The new Netflix original series “Orange is the New Black” is capturing national media attention. The series, based on the best-selling book, is based on the experiences of its author, Piper Kerman, at Connecticut’s Danbury Federal Prison Camp.
Kerman, a Smith College graduate, spent a year in prison for helping a friend transport a suitcase of drug money from Brussels, Belgium, to the United States. The incident, which happened shortly after she graduated from college, opened her eyes to the prison experience and motivated her to approach Random House about writing “Orange is the New Black.” The book has been a runaway success, and Kerman is being invited by top media outlets to tell the story of what happens to women who are incarcerated in the nation’s prisons — and why the United States should perhaps think twice about its race to incarcerate.
Meanwhile, another real-life drama is unfolding at Danbury. In a move that is sure to produce far-reaching collateral consequences, the Federal Bureau of Prisons has announced that it will be re-converting the minimum-security prison for women in Danbury back to an all-male facility. The prison camp, a satellite facility, will remain all female.
According to the prison bureau, most of the 1,200 women affected by the move will be sent to a new $250 million prison in Aliceville, Ala. The reasoning behind the move is that male minimum-security prisons are overcapacity. However, female federal correctional institutions are, too. In fact, the move to Alabama will still leave federal facilities for women 31 percent overcapacity, according to the New York Times.
So why spend money to build new prisons or to play a game of shuffling inmates around when neither will solve the over-incarceration problem that is causing corrections budgets to hemorrhage taxpayer dollars?
America has 5 percent of the world’s population but 25 percent of its prisoners. Like the women in Danbury, most of this country’s inmate population comprises nonviolent drug offenders. The war on drugs cost an estimated $3 trillion. The ensuing frenzy of mass incarceration has done little to increase public safety. It has, however, had a negative impact on millions of families.
It is estimated that over half of inmates have a child under 18. For women in federal prison, that number is 41.2 percent. The Bureau of Justice Statistics has found that for mothers in federal prison, 56 percent reported weekly telephone calls and 45 percent reported weekly mail contact. Sadly, according to the statistics bureau, 40 percent hadn’t been visited since admission. For the women in Danbury who will be moved 1,136 miles away, family visits are likely to be few and far between. The prison was primarily designated, in 1993, for women from New York, New Jersey and New England, as well as for women from other countries.
In its report, “Enhancing the Reentry Outcomes of Justice-Involved Women: New Resources Available for Criminal Justice Professionals,” the National Resource Center on Justice Involved Women wrote: “Minimal contact during incarceration, barriers to regaining custody or parental rights, limited outside support for child rearing, and financial hardship contribute to considerable stress among incarcerated mothers. Research indicates that such stress can result in the individual having difficulty adjusting to the institution and results in higher rates of recidivism. Therefore, connecting and/or reunifying incarcerated mothers with their children are critical for successful reentry.”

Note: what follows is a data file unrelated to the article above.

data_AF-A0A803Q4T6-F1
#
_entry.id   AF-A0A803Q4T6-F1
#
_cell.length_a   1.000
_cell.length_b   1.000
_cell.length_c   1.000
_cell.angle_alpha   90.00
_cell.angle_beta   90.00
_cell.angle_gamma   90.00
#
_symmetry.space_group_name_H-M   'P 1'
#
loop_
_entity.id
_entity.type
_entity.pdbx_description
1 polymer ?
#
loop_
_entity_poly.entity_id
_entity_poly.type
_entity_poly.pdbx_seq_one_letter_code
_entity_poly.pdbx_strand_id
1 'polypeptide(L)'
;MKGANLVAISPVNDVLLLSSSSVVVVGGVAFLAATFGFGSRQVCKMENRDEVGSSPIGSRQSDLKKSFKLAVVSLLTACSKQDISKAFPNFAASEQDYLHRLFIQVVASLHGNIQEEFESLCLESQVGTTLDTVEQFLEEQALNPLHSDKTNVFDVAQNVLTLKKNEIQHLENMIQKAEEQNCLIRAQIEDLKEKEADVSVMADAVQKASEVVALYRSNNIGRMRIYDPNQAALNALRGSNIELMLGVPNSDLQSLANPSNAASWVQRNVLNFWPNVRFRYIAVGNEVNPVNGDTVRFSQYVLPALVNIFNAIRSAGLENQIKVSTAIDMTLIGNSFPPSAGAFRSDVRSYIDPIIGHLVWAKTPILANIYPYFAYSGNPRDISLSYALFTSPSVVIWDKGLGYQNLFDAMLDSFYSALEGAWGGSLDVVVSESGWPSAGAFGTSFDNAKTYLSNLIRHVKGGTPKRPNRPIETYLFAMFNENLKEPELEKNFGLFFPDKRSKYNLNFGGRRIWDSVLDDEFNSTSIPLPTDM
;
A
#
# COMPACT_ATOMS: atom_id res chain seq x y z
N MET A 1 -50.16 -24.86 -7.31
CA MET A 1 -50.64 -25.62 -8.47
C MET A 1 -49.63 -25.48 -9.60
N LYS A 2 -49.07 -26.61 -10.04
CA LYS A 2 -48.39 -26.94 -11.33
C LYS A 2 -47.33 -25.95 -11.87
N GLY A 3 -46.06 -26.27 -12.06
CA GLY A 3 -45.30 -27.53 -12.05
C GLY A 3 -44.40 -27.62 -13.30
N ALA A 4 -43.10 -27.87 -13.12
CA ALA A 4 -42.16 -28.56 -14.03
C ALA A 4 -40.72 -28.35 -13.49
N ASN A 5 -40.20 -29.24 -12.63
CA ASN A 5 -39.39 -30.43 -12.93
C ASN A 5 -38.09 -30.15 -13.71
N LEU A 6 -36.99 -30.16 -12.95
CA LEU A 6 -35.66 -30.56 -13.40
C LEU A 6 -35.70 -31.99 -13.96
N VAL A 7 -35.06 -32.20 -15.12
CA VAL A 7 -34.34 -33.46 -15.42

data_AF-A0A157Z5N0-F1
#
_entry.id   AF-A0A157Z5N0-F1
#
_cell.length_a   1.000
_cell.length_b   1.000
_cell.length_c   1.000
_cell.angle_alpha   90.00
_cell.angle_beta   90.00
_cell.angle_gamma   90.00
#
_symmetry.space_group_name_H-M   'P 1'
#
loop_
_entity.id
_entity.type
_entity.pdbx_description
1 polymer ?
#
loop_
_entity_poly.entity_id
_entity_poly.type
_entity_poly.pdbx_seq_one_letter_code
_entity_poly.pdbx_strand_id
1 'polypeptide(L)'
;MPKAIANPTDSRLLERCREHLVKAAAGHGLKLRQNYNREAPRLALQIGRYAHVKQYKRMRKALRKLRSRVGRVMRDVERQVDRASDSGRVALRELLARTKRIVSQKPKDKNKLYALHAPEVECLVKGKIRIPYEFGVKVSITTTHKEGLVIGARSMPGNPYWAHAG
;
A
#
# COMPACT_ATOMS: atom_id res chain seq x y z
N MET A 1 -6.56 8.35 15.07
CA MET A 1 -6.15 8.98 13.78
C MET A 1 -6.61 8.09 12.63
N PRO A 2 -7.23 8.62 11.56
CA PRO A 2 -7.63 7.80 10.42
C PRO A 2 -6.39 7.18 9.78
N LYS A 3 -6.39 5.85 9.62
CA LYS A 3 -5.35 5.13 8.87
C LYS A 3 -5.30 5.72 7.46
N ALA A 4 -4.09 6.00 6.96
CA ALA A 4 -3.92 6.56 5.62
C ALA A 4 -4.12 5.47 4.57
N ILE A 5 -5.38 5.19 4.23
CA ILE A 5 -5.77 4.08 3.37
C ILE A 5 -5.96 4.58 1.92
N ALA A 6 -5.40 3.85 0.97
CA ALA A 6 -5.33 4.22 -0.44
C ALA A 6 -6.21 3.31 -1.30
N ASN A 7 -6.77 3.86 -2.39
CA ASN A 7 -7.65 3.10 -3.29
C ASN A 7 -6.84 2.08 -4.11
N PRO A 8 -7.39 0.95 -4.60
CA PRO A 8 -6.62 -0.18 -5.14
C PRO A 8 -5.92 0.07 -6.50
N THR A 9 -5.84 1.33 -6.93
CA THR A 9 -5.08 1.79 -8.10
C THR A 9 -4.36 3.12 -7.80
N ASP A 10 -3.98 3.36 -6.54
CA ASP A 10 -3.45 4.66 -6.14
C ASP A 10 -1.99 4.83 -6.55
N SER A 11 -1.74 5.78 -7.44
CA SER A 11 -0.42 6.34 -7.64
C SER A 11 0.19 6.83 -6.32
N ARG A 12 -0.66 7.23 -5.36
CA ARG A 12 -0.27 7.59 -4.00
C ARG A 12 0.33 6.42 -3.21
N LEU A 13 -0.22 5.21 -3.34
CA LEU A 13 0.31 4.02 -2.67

Studies have found that children of incarcerated parents often have trouble coping with the separation. They may feel stigmatized, do poorly in school and engage in anti-social or criminal behaviors. To a child with a mother sent 1,000 miles away, that distance might seem as far as the moon.
One of the most dreaded orders an inmate can hear is to “pack out.” Packing-out means much more than stuffing your photos and the limited number of personal items they are allowed to possess into a small box that will be shipped to wherever you are sent. It also means that yet another collateral consequence is piled upon one’s sentence. How far you are shipped can mean the virtual end of a relationship with your family. If you are a mom it might mean that you may not see your child for years because of the high costs associated with travelling.
Those involved in criminal justice reform have been advocating for years that it is time for the federal government to overhaul its sentencing policies and eliminate costly and ineffective mandatory minimum sentences. A priority should be given to implementing sentence reductions to nonviolent, first-time offenders sentenced under mandatory minimum laws. Reducing the federal prison population — not building more prisons or transferring inmates from prison to prison — is a much more intelligent and cost-effective solution to overcrowding.
It may be too late for the woman of the federal institution at Danbury, but unless swift action is taken and more practical solutions are implemented, the collateral consequences of mass incarceration will continue to destroy families and communities.
A related story on this issue can be viewed here.